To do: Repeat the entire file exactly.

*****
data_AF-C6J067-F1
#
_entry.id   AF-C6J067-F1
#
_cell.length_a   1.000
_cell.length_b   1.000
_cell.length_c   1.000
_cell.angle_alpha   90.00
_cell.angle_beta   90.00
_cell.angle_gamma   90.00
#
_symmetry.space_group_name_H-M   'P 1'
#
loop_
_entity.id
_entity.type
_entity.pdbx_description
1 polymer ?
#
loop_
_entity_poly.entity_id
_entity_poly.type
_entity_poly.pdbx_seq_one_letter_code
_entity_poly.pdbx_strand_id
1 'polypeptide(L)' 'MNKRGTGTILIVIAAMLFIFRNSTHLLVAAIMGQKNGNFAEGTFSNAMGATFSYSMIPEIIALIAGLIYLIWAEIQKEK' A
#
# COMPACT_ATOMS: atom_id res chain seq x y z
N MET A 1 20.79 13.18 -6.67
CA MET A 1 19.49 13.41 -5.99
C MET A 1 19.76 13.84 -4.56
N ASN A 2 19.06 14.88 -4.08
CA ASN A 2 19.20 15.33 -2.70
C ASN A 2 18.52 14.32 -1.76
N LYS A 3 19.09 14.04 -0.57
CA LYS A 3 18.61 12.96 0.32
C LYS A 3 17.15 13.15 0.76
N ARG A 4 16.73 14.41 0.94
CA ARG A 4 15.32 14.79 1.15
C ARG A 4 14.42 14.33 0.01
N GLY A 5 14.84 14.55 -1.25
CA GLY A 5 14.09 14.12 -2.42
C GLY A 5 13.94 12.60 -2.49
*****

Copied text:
data_AF-C6J067-F1
#
_entry.id   AF-C6J067-F1
#
_cell.length_a   1.000
_cell.length_b   1.000
_cell.length_c   1.000
_cell.angle_alpha   90.00
_cell.angle_beta   90.00
_cell.angle_gamma   90.00
#
_symmetry.space_group_name_H-M   'P 1'
#
loop_
_entity.id
_entity.type
_entity.pdbx_description
1 polymer ?
#
loop_
_entity_poly.entity_id
_entity_poly.type
_entity_poly.pdbx_seq_one_letter_code
_entity_poly.pdbx_strand_id
1 'polypeptide(L)' 'MNKRGTGTILIVIAAMLFIFRNSTHLLVAAIMGQKNGNFAEGTFSNAMGATFSYSMIPEIIALIAGLIYLIWAEIQKEK' A
#
# COMPACT_ATOMS: atom_id res chain seq x y z
N MET A 1 20.79 13.18 -6.67
CA MET A 1 19.49 13.41 -5.99
C MET A 1 19.76 13.84 -4.56
N ASN A 2 19.06 14.88 -4.08
CA ASN A 2 19.20 15.33 -2.70
C ASN A 2 18.52 14.32 -1.76
N LYS A 3 19.09 14.04 -0.57
CA LYS A 3 18.61 12.96 0.32
C LYS A 3 17.15 13.15 0.76
N ARG A 4 16.73 14.41 0.94
CA ARG A 4 15.32 14.79 1.15
C ARG A 4 14.42 14.33 0.01
N GLY A 5 14.84 14.55 -1.25
CA GLY A 5 14.09 14.12 -2.42
C GLY A 5 13.94 12.60 -2.49